For these reasons, your baby may need medication to counteract the narcotic effects. Naloxone is a medication that when given in small doses can reverse the respiratory depression that narcotics may cause in the baby. This drug is usually given intravenously to your baby. The effects of naloxone can be seen within a few minutes and can last up to 2 hours.

What types of narcotics are used during childbirth?

The most frequently used narcotic medications are:

  • Demerol
  • Morphine
  • Stadol
  • Fentanyl
  • Nubain


Demerol is a popular choice for pain relief during labor. Demerol alters how you recognize the pain you are experiencing by binding to the receptors found in your central nervous system. The advantages of Demerol include:

    • Can be given by injection into the muscle, the vein or by a Patient Controlled Analgesia (PCA) pump
    • Demerol starts working in less than 5 minutes

How can Demerol affect me and my baby?
Demerol can cause drowsiness, nausea, vomiting, respiratory depression, and maternal hypertension (low blood pressure). If injected within 2-4 hours of delivery, Demerol has been found to cause breathing difficulties in babies.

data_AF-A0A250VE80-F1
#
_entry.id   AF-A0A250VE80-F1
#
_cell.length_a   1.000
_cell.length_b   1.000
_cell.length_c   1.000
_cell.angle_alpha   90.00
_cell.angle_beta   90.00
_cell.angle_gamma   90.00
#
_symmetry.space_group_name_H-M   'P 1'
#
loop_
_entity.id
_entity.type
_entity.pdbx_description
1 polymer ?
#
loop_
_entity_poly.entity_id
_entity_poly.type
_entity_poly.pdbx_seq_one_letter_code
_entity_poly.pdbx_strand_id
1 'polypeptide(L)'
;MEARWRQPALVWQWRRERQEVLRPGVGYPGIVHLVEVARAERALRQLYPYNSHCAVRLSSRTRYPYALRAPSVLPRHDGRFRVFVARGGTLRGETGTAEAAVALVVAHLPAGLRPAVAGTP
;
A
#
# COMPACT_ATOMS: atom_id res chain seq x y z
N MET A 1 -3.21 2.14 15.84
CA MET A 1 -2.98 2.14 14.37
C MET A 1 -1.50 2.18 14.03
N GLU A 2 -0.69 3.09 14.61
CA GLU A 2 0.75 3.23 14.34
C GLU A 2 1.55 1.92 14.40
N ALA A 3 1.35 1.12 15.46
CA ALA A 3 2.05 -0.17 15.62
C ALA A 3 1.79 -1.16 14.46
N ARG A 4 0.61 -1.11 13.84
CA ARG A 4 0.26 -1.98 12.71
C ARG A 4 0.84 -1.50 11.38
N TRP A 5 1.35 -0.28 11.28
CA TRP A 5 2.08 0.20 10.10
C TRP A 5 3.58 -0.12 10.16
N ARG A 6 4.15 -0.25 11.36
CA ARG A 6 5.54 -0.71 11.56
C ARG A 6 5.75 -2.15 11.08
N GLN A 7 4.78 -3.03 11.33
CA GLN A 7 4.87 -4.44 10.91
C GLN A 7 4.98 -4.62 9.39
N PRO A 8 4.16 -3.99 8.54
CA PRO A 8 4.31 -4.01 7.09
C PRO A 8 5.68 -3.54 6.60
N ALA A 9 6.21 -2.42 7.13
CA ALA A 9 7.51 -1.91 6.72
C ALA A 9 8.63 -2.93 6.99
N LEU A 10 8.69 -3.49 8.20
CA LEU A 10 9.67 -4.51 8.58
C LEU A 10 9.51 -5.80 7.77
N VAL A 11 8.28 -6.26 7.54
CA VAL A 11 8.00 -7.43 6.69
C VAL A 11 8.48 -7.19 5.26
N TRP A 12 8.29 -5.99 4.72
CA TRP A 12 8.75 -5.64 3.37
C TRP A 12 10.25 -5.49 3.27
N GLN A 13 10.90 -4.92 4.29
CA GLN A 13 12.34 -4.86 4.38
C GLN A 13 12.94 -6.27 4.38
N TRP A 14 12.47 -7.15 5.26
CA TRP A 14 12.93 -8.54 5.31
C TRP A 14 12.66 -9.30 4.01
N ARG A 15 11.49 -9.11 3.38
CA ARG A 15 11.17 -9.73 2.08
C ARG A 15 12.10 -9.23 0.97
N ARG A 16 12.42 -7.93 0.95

In recent years, morphine has not been routinely used as a method of pain relief during labor because it has been found to depress the baby’s ability to breathe.


Stadol has been found to relieve pain when given in the first stage of labor. This narcotic is considered more potent then Demerol. It is usually given intravenously in small doses, usually 1 to 2 mg. The advantages of using Stadol include:

    • Starts working in less then five minutes
    • Is a sedative
    • Has minimal fetal effects
    • Cause minimal nausea

How can Stadol affect me and my baby?
Stadol can cause the mother to have respiratory depression, dizziness and dysphoria (a state of feeling unwell and unhappy). Stadol can cause respiratory depression in the baby.


Fentanyl is a synthetic narcotic that provides mild to moderate sedation. The advantages of using Fentanyl include: